More than 14,000 students stayed home from school on Wednesday, as three more zones moved to the red level of COVID-19 recovery, attendance records show. Two schools in the Saint John region saw more than half of their student body not show up. This data does not include any high school students in two of the anglophone districts because their attendance is recorded on a period-by-period basis. Nor does it include any students at schools in one of the francophone districts, which did not respond to a request for information. The attendance records indicate only that the students were absent from school, not the reasons why. But Anglophone South School District superintendent Zoë Watson suspects the "spike" in absences that saw nearly a quarter of students across her district not attend classes "is most likely correlated to the Red Phase announcement" Tuesday. Premier Blaine Higgs announced the Moncton region, Zone 1, Saint John region, Zone 2, and Fredericton region, Zone 3, would be bumped back to the more restrictive red level from orange, as of midnight Tuesday. The Edmundston region, Zone 4, has been at the red level since midnight Sunday. Earlier that day, Education Minister Dominic Cardy announced K-12 schools will now remain open at the red level, under new guidelines. If a positive case of COVID-19 is confirmed at a school, the school will be closed for a minimum of three days to allow for contact tracing. A petition launched Monday by a mother in Oromocto, calling on the government to revert to the plan to close schools in red zones and move to online learning, has garnered more than 21,000 signatures so far. Public Health reported 21 new cases of COVID-19 In New Brunswick on Wednesday, pushing the total number of active cases in the province to 317. Two people are in hospital, including one in intensive care, and 1,953 people were self-isolating, as of Tuesday afternoon, either because they've tested positive for COVID-19 or been in close contact with a confirmed case. On Wednesday, 5,072 of the 22,282 students enrolled at the 69 schools in the Anglophone South School District, or 23 per cent, were recorded as absent, said Watson. "It is important to remember that this is 'absent,' it could be illness, it could be an appointment (medical/dental)," she said in an emailed statement. But the absenteeism rate did jump from 14 per cent the previous day. "This would be expected," said Watson, "as we have consistently seen a spike in absences, followed by a quick and steady return to normal attendance in the days following each orange phase announcement or, at the school level, notification of a confirmed case at the school." The overall district absenteeism rate Wednesday was actually lower than the 28 per cent the district saw the day following the Saint John region's first move to the orange level, she noted. The highest absenteeism is at schools in the Hampton and Saint John areas, said Watson. "Interesting to note these are the areas where there have been outbreaks." Princess Elizabeth School, which announced a positive case on Tuesday, had the district's highest absenteeism rate Wednesday at 57 per cent. That was actually down from 67 per cent the day before. Belleisle Elementary School, which had an outbreak last weekend, with one confirmed case, had the second highest absenteeism rate at 53 per cent, up from 38 per cent Tuesday. Millidgeville North School, which also had an outbreak last weekend, with one confirmed case, had 40 per cent of students absent on Wednesday, compared to 34 per cent on Tuesday. And Quispamsis Middle School, which had an outbreak on Sunday, climbed slightly to 27 per cent absent Wednesday, from 26 per cent on Tuesday Attendance has been stronger in the St. Stephen-St. George area, where there have been no outbreaks, said Watson. The absence rate at St. Stephen Elementary School on Wednesday, for example, was 14 per cent, St. Stephen Middle School, 15 per cent, and St. George Elementary School, 15 per cent. Anglophone East sees nearly 23% absent In the Anglophone East School District, nearly 23 per cent of its K-8 students — 2,521 of 11,030 — were absent Wednesday. This excludes students from Edith Cavell School and the Grade 6-8 students at Caledonia Regional High School who were home learning, the records show. The attendance of high school students is not included. "We could not pull the high school data because that is done on a period by period case," said spokesperson Stephanie Patterson. The district continues to work closely with Public Health and the Department of Education "to do our best in ensuring your safety, health, and well-being," superintendent Gregg Ingersoll said in an email to families Tuesday night after the move to red was announced. He encouraged all families to be "more diligent than ever" with wearing masks, hand-washing, and social distancing. "These actions can make a major impact on keeping our schools, children, and communities safe," he said. 18% absent in Anglophone West The absenteeism rate in the Anglophone West School District Wednesday was 18 per cent — 3,939 of 21,822. That's up about six per cent from Tuesday, "despite the enhanced safety measures," said spokesperson Jennifer Read. "We have seen a trend in decreased attendance on the first day of a new COVID-19 related announcement, for example a confirmed case in a school or an alert level change, which is then followed by a gradual increase in attendance in the following days," she said in an emailed statement. "We are hopeful that parents will continue to send their children to school and have confidence knowing that their children are in a supervised environment with strict health and safety protocols in place. "Our students and staff have done an exceptional job following directives and staying safe." Absenteeism in Anglophone North at 13% In the Anglophone North School District, 13 per cent of its K-8 students — 553 of 4,099 — didn't make it to classes Wednesday. Grades 9-12 are not included because they have attendance taken by period and not the entire day, said spokesperson Meredith Caissie. At least two of the four schools the district has in the red alert level of Zone 1, in the Rexton area, "witnessed a significant increase in absenteeism," said superintendent Mark Donovan. These include Eleanor W. Graham Middle School (40 per cent) and Rexton Elementary School (37 per cent). "This is consistent with what we have seen provincially, over the past five months, when schools and/or regions have seen spikes in COVID-19 case counts or have gone back a phase in the recovery plan," said Donovan. "It is important to remind all stakeholders that when schools are open, they are safe places for both students and staff," he said. The district will continue to work with the Department of Education and Public Health to ensure that safety remains its "highest priority," he added. 8% of Francophone South students no-shows The Francophone South School District saw an absenteeism rate of eight per cent Wednesday — 1,280 of 15325 students. That's up from six per cent on both Tuesday and Monday, before the move to red, the records show. "In these circumstances, the figures are positive and show a good level of commitment from our students and families," said superintendent Monique Boudreau. The district supports the government's decision to keep schools open at the red level, she said, noting there have been "very few" reported transmissions of COVID-19 in the province's schools and none in the district. Attending school has many benefits for students, not only in terms of learning, but also in terms of their well-being. - Monique Boudreau, Francophone South "This proves the effectiveness of health measures put in place and well respected by students and staff," Boudreau said in an emailed statement. "We understand that this transition to the Red level may be a concern for some people, but it is important to remind parents and students that schools are safe. In addition, attending school has many benefits for students, not only in terms of learning, but also in terms of their well-being." If school closures become necessary, the district will follow Public Health recommendations and do everything it can to promote successful learning at home, she added. Francophone Northeast absenteeism around 12% The absenteeism rate at schools across the Francophone Northeast School District on Wednesday was around 12 per cent, said spokesperson Ian-Guillaume DesRoches. That's about 1,050 of the 8,755 students enrolled. "It is similar to a normal absenteeism rate in the winter season," he said in an email. The rate among schools in the red-level Restigouche area ranged between 10 and 15 per cent, said DesRoches. "We aren't observing a dramatic surge like in October," he said. District general director Marc Pelletier acknowledged the government's decision to keep schools open at the red level did take the district "a bit by surprise." "We are aware that the decision was a bit last minute, but when you take into account the volatile context of the pandemic, decisions must be made to ensure the safety of all," he said in an emailed statement. The district is confident the schools are safe and that they can ensure the safety of their students and staff members due to the strict health and safety protocols in their operational plans, said Pelletier. The COVID-19 situation currently appears stable across the district, including the three schools affected over the past two weeks, he said. "We anticipate that our students who had to continue their learning from home will be coming back to the classroom next Monday." Francophone Northwest School District spokesperson Denise Laplante did not respond to a request for information.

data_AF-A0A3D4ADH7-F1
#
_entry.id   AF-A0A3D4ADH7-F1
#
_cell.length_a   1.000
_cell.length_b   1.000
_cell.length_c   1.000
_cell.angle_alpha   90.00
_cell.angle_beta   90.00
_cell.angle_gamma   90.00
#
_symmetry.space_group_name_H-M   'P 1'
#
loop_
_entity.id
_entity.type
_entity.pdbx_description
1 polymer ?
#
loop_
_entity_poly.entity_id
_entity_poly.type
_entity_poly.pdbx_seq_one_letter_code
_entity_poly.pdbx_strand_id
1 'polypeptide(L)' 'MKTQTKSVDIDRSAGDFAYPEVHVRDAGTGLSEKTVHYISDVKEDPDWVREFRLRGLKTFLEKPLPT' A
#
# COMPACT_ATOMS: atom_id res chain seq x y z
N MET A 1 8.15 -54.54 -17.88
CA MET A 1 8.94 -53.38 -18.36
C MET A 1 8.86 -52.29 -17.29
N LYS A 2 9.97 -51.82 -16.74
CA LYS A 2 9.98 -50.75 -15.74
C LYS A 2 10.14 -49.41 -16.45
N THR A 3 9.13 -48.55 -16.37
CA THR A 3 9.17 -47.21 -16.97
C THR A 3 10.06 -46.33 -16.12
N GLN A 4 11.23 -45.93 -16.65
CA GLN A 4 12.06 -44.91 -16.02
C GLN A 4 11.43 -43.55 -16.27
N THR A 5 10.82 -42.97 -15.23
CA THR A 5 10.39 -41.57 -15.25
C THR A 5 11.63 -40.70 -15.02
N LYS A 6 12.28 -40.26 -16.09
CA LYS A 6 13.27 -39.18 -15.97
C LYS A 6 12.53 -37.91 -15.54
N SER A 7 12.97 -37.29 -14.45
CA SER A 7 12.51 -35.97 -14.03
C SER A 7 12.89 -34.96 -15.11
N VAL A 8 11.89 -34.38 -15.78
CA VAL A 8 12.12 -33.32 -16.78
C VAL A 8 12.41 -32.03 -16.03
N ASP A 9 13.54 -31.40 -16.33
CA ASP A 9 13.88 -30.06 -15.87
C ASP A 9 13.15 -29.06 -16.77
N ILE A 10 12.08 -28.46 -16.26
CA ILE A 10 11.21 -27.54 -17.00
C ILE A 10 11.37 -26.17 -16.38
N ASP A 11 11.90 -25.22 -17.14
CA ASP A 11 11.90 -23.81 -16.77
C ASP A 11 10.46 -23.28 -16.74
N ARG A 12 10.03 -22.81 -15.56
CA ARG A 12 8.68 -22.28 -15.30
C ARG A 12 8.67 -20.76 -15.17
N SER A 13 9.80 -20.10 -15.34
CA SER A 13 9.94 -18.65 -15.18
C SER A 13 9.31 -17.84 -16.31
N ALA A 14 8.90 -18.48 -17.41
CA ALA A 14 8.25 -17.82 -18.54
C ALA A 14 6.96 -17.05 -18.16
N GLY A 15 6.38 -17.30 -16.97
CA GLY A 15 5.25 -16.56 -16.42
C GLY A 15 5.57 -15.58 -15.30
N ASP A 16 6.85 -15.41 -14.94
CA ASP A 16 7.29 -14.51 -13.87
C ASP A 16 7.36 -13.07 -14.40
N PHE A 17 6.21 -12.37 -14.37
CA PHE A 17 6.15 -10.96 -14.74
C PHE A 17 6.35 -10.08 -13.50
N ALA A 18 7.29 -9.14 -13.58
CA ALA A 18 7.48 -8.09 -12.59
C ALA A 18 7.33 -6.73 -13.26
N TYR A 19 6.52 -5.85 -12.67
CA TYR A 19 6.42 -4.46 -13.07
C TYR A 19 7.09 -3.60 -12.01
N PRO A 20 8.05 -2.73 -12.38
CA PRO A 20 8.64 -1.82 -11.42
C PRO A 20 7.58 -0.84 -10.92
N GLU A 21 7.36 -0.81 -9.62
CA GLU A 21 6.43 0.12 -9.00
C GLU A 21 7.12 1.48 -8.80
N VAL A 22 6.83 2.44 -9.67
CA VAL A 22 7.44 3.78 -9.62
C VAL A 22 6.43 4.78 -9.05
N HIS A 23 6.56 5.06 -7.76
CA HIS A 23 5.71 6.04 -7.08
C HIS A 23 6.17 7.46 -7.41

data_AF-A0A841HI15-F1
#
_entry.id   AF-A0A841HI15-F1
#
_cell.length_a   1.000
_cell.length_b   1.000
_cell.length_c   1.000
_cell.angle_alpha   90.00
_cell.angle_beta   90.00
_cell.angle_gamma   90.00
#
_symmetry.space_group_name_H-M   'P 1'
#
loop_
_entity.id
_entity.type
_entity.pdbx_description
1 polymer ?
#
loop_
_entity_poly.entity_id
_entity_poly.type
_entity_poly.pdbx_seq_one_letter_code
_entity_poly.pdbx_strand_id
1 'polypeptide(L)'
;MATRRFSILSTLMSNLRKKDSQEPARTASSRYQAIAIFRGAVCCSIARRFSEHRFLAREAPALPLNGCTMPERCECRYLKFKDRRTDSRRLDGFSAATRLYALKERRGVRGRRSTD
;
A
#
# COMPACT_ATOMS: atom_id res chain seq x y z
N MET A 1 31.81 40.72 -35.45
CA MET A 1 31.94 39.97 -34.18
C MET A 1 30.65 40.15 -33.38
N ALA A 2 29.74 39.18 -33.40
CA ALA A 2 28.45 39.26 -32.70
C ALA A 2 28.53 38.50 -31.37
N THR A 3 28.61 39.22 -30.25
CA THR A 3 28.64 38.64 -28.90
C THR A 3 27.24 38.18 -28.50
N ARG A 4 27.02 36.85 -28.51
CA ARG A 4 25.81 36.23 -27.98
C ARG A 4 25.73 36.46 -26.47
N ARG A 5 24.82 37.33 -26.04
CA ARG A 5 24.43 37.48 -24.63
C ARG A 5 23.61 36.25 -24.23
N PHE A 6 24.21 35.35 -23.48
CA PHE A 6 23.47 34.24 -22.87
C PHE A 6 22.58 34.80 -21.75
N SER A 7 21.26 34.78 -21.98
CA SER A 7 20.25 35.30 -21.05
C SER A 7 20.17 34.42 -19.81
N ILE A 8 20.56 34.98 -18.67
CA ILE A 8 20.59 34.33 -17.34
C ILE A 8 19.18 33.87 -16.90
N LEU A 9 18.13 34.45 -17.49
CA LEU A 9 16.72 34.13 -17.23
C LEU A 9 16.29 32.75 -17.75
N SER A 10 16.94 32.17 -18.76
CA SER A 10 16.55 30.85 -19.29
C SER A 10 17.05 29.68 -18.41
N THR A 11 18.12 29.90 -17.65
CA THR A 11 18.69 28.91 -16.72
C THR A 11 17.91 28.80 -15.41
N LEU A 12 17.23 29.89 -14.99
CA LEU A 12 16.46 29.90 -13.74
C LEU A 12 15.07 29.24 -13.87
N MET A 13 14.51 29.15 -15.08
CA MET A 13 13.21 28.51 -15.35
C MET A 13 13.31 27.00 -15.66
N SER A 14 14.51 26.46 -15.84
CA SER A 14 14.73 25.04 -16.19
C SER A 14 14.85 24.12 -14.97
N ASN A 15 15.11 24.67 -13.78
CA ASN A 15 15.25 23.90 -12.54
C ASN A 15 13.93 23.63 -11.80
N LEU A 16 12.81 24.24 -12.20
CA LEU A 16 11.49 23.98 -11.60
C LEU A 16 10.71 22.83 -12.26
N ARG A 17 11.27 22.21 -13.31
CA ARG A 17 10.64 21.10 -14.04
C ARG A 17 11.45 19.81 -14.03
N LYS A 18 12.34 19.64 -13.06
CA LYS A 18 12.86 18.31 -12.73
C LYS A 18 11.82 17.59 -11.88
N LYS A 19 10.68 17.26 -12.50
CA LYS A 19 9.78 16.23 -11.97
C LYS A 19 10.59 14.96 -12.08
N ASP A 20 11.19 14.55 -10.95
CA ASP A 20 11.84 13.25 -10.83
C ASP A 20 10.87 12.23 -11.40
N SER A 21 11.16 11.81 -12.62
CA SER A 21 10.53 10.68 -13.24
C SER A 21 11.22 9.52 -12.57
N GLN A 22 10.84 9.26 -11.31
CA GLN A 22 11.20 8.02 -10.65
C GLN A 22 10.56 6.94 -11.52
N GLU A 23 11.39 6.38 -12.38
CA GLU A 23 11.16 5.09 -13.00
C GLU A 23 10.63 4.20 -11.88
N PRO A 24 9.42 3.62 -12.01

As Sweta Daboo frames it, Tuesday was the last day that there had never been a woman of colour in the job of vice-president of the United States. "As of yesterday there is now precedent. This will be normalized and this is something incredible to look forward to," said Daboo. Daboo is a woman of colour living on P.E.I., and the the executive director of the P.E.I. Coalition for Women in Government. "It was absolutely incredible and very surreal," she said of watching the inauguration of U.S. President Joe Biden and Vice-President Kamala Harris on Wednesday. UPEI biology Prof. Marva Sweeney-Nixon, also woman of colour, was watching as well. "It was emotional, it was gratifying, it was just a really powerful and exciting experience," said Sweeney-Nixon. "I just sat there and thought about how powerful it was for women and for girls and for people of colour to see this. I thought about just how inspiring she is." 'Not the last' Daboo said her favourite moments of the ceremony included the poem by Amanda Gorman and the fist bump between Harris and former president Barack Obama, but it was Harris's actual taking of the oath of office that struck her the most. "I thought about a quote that she had earlier which was, 'You may be the first to do many things, but make sure you are not the last.'" she said. "Watching her take this oath, and thinking of all the little girls, all the children of colour, all the youth around the world that were watching this moment happen, it was easy to believe that she would not be the last." But both Sweeney-Nixon and Daboo said this is just the beginning of a difficult road for Harris. "People are going to be watching her and expecting more from her just like they did with Barack Obama," said Sweeney-Nixon. "If you make a mistake or you stumble, oftentimes that can be used to say this is why people of this or that group should not be in positions of power," added Daboo. And, they added, the experience of Obama's presidency and what followed also showed electing someone to high office is not enough to change society. "There's a lot of change that needs to follow," said Sweeney-Nixon. For more stories about the experiences of Black Canadians — from anti-Black racism to success stories within the Black community — check out Being Black in Canada, a CBC project Black Canadians can be proud of. You can read more stories here. More from CBC P.E.I.